First we had unlimited data plans for our basic 1st gen smartphones, then as Androids and 2nd-3rd gen iPhones came out the amount of data the public was consuming was both clogging carriers and also opening a door to a whole new revenue stream.
That begat the tiered data plan, and now we we’re starting to see the “shared” data plan.
Verizon intro’d their “Share Everything” plan in June, AT&T rolled their’s out last week. It’s called, “Mobile Share”. The idea is that you buy a block of data per month for a flat fee, and then you pay an additional amount for each device you link to that bucket of data. All of your wireless devices share from that block of data and in theory it’s supposed to be a better plan than individual account for each device. Maybe it will be down the road, but right now the numbers don’t always appear to prove that out. The idea the carriers are trying is they want you to not only use their service exclusively for all your wireless devices, but they also want you to feel like its easier to buy a tablet, gaming device or car entertainment system with 3G/4G connectivity without having to worry about “another data account”. This is probably the account model of the future but it is very important you spent the time looking at your options before someone from any company just talks you into it.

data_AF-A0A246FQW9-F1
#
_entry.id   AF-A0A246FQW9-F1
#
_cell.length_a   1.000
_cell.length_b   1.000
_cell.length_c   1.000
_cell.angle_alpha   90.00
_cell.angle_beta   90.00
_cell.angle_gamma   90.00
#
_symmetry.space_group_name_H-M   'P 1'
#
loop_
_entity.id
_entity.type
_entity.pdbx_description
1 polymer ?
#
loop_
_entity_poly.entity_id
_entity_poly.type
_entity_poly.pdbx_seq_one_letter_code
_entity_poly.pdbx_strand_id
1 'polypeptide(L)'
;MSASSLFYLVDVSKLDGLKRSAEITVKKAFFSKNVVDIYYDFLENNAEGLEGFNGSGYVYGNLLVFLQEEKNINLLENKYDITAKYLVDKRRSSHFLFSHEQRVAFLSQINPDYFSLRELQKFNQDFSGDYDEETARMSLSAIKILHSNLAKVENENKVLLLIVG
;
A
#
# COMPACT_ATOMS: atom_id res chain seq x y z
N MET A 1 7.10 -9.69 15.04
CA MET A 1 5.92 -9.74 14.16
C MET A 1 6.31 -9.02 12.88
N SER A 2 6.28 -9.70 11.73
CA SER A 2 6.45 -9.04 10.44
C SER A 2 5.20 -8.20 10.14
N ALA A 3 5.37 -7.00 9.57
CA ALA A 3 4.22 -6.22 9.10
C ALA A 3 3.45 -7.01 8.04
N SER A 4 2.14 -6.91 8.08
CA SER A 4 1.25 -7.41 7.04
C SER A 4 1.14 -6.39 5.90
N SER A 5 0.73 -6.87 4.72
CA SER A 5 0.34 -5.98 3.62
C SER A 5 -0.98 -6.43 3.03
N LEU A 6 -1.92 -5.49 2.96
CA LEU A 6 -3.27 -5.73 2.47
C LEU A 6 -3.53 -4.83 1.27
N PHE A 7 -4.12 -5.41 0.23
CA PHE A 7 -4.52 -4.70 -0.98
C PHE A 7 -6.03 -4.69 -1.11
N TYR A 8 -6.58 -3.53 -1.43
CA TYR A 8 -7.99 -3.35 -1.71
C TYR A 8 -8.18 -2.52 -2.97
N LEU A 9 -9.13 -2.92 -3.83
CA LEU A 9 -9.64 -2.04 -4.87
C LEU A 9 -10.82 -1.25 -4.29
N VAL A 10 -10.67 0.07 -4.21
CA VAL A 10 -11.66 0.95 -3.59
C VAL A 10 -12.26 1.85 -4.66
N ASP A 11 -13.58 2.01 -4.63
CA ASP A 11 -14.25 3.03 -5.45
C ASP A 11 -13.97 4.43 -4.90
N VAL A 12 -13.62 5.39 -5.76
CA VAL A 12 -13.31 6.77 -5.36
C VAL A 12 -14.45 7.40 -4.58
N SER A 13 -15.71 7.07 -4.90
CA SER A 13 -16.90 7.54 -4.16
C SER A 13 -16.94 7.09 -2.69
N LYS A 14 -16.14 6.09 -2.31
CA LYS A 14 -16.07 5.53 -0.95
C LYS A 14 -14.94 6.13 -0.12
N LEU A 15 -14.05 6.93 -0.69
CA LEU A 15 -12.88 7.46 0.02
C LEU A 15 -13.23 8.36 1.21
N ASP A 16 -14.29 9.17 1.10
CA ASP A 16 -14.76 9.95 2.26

For example AT&T’s new plans start at $85 for a single gig of data. That is a crazy number. It goes up to $230 for 20 gig, and that’s crazy too, but if you consider that you may have 3-5 devices all pulling from that same block, and also splitting the costs you see how the pricing becomes not too dissimilar to what most are paying per device, per data plan right now.
Wired has a good break down of costs to review. And there are other links below. You’re going to start hearing more and more of these new data plans as carriers really begin to capitalize on the fact that smartphones are less and less used as phones and more as internet connections to the web. This is where providers will make the meat of their revenues in the future and will have to finance the build out of their systems that will only continue to demand more and more bandwidth as technology demands it.
You pay per usage for electricity and water – and the day is coming that your data will also only be billed in this same manner.